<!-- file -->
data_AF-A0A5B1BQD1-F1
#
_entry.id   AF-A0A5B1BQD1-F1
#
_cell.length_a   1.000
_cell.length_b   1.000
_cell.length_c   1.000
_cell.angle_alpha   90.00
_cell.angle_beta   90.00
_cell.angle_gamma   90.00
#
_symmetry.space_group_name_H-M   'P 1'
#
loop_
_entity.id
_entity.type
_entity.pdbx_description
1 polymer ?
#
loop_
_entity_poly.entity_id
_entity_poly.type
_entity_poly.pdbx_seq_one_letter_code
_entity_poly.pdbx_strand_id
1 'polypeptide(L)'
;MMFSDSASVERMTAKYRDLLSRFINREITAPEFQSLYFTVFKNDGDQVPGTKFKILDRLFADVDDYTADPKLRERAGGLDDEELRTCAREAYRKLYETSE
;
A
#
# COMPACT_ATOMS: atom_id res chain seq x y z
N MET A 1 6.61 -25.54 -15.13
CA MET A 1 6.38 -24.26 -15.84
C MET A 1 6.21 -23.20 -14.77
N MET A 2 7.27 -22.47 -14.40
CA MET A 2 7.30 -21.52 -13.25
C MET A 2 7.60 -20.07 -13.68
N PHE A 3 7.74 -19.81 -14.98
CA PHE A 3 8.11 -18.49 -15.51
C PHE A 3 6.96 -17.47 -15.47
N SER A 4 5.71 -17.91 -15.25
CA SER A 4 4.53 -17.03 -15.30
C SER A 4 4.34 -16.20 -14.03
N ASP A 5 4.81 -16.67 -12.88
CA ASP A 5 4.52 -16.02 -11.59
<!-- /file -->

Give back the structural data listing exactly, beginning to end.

data_AF-A0A5B1BQD1-F1
#
_entry.id   AF-A0A5B1BQD1-F1
#
_cell.length_a   1.000
_cell.length_b   1.000
_cell.length_c   1.000
_cell.angle_alpha   90.00
_cell.angle_beta   90.00
_cell.angle_gamma   90.00
#
_symmetry.space_group_name_H-M   'P 1'
#
loop_
_entity.id
_entity.type
_entity.pdbx_description
1 polymer ?
#
loop_
_entity_poly.entity_id
_entity_poly.type
_entity_poly.pdbx_seq_one_letter_code
_entity_poly.pdbx_strand_id
1 'polypeptide(L)'
;MMFSDSASVERMTAKYRDLLSRFINREITAPEFQSLYFTVFKNDGDQVPGTKFKILDRLFADVDDYTADPKLRERAGGLDDEELRTCAREAYRKLYETSE
;
A
#
# COMPACT_ATOMS: atom_id res chain seq x y z
N MET A 1 6.61 -25.54 -15.13
CA MET A 1 6.38 -24.26 -15.84
C MET A 1 6.21 -23.20 -14.77
N MET A 2 7.27 -22.47 -14.40
CA MET A 2 7.30 -21.52 -13.25
C MET A 2 7.60 -20.07 -13.68
N PHE A 3 7.74 -19.81 -14.98
CA PHE A 3 8.11 -18.49 -15.51
C PHE A 3 6.96 -17.47 -15.47
N SER A 4 5.71 -17.91 -15.25
CA SER A 4 4.53 -17.03 -15.30
C SER A 4 4.34 -16.20 -14.03
N ASP A 5 4.81 -16.67 -12.88
CA ASP A 5 4.52 -16.02 -11.59